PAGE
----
Data does not always come in a way our machine learning algorithms expects it. We saw that concept a handful of times already: we extracted extra features (e.g. polynomial features), we did dimensionality reduction, we used manifold techniques. Yet, all these things may still fail against certain data.

And we look at yet another dataset.
We import the usual stuff and the *wine dataset*,
which is an example of data that would fail a simple dimensionality reduction.

The set is made of chemical measurement over three different vineyards in Italy. One can take it as a classification problem of attempting to identify the vineyard from the chemical composition. We will use is for dimensionality reduction.

In [1]:

```
import numpy as np
import pandas as pd
import matplotlib.pyplot as plt
%matplotlib inline
plt.style.use('seaborn-talk')
from sklearn.datasets import load_wine
wine = load_wine()
print(wine['DESCR'])
```

One should explore the data first. We will simply plot as many dimensions as we can at once.

In [2]:

```
fig, ax = plt.subplots(figsize=(14, 6))
ax.scatter(wine.data[:, 0], wine.data[:, 1], s=30*wine.data[:, 2], c=wine.target, cmap='plasma');
```

The classes seem to be difficult to separate. Yet, we have just a few dimensions and a handful of samples, therefore we can perform a full PCA and see whether we can project this data into a different space.

In [3]:

```
from sklearn.decomposition import PCA
pca = PCA()
pca.fit(wine.data)
fig, ax = plt.subplots(figsize=(14, 10))
ax.plot(np.cumsum(pca.explained_variance_ratio_))
ax.set(xlabel='components', ylabel='explained variance');
```

Oh wow, two dimensional space seem to explain the data variance well enough. And, since we can visualize a two dimensional space easily, we should do it.

In [4]:

```
pca = PCA(n_components=2)
wine_pca = pca.fit_transform(wine.data)
fig, ax = plt.subplots(figsize=(14, 6))
ax.scatter(wine_pca[:, 0], wine_pca[:, 1], s=60, c=wine.target, cmap='plasma');
```

Despite the fact that we did dimensionality reduction the data does not look separable.
Let's try something different, let's describe this data using `pandas`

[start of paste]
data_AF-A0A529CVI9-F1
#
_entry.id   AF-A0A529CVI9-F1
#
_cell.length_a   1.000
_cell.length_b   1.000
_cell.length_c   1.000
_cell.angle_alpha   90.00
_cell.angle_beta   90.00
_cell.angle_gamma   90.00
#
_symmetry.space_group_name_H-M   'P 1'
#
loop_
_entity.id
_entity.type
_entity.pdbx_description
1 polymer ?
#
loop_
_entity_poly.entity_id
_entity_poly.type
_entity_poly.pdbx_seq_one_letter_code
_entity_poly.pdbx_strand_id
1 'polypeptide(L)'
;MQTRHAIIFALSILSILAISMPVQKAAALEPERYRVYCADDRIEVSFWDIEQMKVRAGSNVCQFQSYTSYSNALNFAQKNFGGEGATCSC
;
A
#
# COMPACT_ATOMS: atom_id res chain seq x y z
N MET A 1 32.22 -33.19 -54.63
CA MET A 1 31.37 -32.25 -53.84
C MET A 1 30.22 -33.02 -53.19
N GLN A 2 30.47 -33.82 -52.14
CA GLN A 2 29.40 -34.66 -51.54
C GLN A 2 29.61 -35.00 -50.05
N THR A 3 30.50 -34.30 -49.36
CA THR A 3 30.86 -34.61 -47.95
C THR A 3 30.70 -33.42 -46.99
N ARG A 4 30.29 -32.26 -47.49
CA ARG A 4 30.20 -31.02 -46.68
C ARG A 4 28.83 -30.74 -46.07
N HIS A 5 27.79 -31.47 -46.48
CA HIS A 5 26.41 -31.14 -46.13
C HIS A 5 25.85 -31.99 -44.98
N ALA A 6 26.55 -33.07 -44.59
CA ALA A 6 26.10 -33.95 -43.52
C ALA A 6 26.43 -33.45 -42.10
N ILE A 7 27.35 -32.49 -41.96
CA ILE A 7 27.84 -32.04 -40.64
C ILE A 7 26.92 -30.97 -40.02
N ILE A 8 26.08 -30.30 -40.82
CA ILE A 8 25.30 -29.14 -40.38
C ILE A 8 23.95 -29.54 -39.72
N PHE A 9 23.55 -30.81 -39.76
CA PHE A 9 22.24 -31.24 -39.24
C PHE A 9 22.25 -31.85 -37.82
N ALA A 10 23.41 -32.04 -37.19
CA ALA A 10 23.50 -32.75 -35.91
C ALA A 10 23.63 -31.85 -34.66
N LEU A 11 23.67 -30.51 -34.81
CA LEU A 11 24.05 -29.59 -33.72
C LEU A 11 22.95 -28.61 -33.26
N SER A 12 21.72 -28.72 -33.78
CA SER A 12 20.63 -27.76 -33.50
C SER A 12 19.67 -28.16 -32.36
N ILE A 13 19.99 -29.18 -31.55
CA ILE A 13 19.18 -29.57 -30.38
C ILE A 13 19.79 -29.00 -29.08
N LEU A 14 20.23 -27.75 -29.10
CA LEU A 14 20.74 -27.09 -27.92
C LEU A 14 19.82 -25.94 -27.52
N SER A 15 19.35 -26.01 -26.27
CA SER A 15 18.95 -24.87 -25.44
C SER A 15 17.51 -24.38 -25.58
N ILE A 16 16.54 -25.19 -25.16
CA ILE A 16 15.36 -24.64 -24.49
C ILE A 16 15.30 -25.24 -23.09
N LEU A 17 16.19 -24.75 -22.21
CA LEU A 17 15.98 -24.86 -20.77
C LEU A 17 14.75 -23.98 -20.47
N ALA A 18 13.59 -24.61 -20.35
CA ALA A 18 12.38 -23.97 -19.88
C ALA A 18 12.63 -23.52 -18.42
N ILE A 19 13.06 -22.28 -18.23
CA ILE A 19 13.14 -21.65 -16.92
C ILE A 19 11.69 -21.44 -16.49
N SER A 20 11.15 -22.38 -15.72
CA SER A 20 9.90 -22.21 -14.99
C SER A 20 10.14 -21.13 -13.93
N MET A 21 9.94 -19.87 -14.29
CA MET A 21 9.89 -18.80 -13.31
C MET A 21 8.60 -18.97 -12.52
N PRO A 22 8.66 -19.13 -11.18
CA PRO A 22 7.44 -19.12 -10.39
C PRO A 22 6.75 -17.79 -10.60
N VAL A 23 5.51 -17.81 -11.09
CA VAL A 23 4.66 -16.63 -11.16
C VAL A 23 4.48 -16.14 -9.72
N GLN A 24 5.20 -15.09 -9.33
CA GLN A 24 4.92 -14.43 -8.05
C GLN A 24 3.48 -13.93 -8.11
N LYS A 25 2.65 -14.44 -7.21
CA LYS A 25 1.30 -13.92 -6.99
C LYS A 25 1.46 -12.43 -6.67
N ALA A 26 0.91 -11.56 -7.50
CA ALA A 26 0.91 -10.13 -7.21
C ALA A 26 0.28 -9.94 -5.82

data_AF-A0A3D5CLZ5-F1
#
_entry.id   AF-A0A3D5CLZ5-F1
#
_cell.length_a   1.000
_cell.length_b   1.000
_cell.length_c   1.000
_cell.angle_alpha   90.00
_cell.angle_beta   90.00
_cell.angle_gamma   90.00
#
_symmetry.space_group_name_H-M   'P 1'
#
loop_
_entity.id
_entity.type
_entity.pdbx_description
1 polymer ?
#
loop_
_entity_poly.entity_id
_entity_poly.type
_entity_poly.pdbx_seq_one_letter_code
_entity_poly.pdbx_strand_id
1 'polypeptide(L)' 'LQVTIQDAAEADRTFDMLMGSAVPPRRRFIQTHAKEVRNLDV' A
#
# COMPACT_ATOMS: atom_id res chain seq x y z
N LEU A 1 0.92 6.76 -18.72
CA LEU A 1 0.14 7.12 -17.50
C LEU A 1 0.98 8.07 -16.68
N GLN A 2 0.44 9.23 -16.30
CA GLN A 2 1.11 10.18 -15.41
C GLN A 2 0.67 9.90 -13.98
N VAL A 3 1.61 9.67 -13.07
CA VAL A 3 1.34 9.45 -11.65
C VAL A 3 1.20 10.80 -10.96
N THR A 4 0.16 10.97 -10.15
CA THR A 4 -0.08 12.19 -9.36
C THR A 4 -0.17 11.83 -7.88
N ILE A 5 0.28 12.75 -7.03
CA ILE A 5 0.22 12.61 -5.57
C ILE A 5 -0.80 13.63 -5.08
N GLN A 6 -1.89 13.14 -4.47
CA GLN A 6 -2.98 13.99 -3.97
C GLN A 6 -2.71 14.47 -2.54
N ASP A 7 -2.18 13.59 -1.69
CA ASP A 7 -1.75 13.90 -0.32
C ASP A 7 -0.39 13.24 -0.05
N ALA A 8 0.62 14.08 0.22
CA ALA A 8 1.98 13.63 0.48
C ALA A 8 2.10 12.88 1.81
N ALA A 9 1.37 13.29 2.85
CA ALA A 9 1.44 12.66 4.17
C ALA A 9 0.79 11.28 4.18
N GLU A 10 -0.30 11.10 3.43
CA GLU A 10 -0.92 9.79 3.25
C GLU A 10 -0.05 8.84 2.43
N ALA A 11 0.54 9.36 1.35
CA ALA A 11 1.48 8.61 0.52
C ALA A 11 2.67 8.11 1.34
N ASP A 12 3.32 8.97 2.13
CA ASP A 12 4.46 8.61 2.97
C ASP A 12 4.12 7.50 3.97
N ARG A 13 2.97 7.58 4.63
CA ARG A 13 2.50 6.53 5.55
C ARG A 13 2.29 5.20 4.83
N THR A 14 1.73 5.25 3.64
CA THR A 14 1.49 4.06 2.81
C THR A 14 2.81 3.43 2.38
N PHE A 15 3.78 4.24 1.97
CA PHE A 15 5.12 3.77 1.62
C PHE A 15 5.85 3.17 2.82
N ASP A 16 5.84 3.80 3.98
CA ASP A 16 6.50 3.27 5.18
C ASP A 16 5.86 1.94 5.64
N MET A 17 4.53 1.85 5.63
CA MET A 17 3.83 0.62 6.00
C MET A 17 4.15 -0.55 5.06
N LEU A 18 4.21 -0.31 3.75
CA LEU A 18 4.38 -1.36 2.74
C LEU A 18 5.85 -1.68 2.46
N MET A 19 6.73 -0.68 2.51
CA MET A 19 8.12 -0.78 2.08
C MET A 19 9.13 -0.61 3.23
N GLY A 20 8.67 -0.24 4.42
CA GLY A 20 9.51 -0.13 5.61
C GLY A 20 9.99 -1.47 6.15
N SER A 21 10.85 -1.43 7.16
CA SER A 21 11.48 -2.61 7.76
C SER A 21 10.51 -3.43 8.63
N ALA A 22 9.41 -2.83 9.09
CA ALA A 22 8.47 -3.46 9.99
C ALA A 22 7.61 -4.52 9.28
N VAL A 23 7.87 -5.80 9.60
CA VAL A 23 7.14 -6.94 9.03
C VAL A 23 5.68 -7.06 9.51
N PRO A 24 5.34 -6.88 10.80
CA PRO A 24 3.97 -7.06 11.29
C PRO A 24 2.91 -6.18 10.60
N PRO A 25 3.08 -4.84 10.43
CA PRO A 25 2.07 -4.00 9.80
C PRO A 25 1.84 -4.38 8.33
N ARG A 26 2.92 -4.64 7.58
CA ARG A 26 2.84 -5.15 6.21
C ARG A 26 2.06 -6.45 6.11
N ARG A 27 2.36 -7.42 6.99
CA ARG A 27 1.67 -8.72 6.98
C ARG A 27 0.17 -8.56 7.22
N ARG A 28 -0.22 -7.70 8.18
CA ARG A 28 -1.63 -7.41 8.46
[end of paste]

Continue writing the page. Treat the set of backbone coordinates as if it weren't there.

.

In [5]:

```
df = pd.DataFrame(wine.data, columns=[wine.feature_names])
df.describe()
```

Out[5]:

The values of *magnesium* and *proline* have completely different magnitudes from all other features.
These features have much bigger values than all the others,
and since PCA will evaluate variance based on the values alone,
it will take these two features as the main variance explanation.
In other words, instead of finding the main variance in the data PCA is simply finding these two features.

Until now we worked with PCA on images, in which each dimension follows the same scale: the possible values of the pixel which are from $0$ to $255$. Such a well behaved set of dimensions is uncommon in most datasets, notably if the data are not images.

Let's scale those things down and then apply PCA.
The `StandardScaler`

centers the mean of every feature to zero,
and ensures that the variance of each feature is exactly one.

In [6]:

```
from sklearn.preprocessing import StandardScaler
from sklearn.pipeline import make_pipeline
preprocess = make_pipeline(StandardScaler(), PCA(n_components=2))
wine_pca = preprocess.fit_transform(wine.data)
fig, ax = plt.subplots(figsize=(14, 6))
ax.scatter(wine_pca[:, 0], wine_pca[:, 1], s=60, c=wine.target, cmap='plasma');
```

Now this is rather easy to separate. And moreover, we probably do not need a complex classifier for it.

We have two take away messages here. The first is that if we had believed that the PCA examples we have done earlier are good representations for all data sets we would be in trouble when faced with a dataset of non-images. Not scaling the data before PCA is one of the most common mistakes one makes when working with data preprocessing.

Another thing that we did not see before is the use of a pipeline
with two preprocessors.
We could now add a third `sklearn`

object, perhaps a classifier,
to the pipeline and build a three piece pipeline.
A pipeline is not limited to two `sklearn`

objects glued together,
often one may need a longer one.
The dataset after scaling is quite easy to classify,
we will leave the concatenation of a model to the pipeline
and classification to you.